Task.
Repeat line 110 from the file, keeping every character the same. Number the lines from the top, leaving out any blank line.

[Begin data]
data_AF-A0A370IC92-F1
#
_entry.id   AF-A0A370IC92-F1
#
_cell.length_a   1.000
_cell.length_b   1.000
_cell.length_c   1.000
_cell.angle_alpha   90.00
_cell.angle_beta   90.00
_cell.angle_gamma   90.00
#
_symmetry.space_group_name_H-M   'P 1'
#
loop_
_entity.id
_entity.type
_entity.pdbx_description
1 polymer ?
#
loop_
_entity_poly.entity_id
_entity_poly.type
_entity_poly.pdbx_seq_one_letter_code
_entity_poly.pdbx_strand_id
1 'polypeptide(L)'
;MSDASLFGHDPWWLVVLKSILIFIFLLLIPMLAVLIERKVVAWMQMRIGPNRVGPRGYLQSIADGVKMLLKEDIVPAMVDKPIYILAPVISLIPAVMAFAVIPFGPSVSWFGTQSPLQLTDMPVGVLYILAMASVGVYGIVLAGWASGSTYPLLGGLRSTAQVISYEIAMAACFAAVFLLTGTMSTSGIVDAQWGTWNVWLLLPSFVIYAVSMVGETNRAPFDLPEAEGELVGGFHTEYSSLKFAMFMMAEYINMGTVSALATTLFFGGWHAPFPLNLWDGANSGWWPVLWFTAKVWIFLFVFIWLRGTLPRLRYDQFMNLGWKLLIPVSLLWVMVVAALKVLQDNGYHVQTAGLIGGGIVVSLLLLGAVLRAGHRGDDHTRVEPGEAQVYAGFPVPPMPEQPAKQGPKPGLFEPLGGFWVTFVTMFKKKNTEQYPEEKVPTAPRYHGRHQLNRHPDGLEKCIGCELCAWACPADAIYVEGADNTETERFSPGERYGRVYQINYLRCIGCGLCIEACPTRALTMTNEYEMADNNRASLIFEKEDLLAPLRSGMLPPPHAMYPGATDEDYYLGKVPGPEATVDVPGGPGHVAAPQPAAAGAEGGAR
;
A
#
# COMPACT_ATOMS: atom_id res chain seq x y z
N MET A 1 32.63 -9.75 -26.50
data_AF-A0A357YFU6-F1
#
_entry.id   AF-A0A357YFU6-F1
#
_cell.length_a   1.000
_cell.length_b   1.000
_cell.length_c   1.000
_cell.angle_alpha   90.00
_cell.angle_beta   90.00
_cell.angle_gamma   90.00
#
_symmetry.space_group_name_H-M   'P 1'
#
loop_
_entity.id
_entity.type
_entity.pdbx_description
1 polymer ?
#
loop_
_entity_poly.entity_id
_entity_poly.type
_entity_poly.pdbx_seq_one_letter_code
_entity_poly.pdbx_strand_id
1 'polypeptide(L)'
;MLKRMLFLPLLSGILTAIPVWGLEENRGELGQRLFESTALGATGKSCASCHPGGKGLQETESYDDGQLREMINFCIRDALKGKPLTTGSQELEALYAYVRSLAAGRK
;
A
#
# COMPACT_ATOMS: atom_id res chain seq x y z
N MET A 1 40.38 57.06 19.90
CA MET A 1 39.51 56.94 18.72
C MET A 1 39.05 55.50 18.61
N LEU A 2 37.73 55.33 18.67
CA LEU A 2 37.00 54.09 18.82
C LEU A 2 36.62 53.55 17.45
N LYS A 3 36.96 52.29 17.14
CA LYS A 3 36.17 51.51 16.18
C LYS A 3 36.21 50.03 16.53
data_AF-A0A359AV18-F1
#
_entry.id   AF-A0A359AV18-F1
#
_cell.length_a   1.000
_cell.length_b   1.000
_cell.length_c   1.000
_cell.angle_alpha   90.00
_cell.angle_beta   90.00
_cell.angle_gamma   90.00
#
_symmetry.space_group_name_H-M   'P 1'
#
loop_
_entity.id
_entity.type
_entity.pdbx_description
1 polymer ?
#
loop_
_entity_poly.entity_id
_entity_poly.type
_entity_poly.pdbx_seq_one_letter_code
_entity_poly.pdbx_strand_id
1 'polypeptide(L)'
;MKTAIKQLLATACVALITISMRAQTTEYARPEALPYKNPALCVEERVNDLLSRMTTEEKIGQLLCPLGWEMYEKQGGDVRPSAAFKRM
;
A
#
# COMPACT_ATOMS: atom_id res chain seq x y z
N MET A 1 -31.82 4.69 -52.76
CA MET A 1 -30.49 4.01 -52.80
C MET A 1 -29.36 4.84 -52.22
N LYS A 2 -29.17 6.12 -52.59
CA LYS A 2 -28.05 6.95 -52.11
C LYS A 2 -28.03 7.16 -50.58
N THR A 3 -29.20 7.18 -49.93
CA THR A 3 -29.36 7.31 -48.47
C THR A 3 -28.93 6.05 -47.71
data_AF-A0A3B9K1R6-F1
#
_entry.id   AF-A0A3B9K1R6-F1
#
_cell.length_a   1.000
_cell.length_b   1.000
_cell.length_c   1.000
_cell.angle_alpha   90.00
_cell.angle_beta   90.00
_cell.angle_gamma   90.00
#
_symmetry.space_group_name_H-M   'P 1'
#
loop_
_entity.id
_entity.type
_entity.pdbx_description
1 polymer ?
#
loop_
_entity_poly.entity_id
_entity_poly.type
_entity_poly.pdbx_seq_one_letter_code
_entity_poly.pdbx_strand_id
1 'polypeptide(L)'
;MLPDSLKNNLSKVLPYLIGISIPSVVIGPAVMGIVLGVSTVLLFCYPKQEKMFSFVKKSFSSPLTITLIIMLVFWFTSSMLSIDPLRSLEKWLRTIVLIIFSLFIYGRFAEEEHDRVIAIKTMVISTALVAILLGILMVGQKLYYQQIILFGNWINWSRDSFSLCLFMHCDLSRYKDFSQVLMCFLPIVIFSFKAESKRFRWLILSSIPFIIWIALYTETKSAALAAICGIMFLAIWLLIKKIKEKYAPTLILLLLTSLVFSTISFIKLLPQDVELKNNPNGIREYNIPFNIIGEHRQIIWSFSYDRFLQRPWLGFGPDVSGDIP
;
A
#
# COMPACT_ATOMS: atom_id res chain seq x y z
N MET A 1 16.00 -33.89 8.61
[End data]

data_AF-A0A3B9K1R6-F1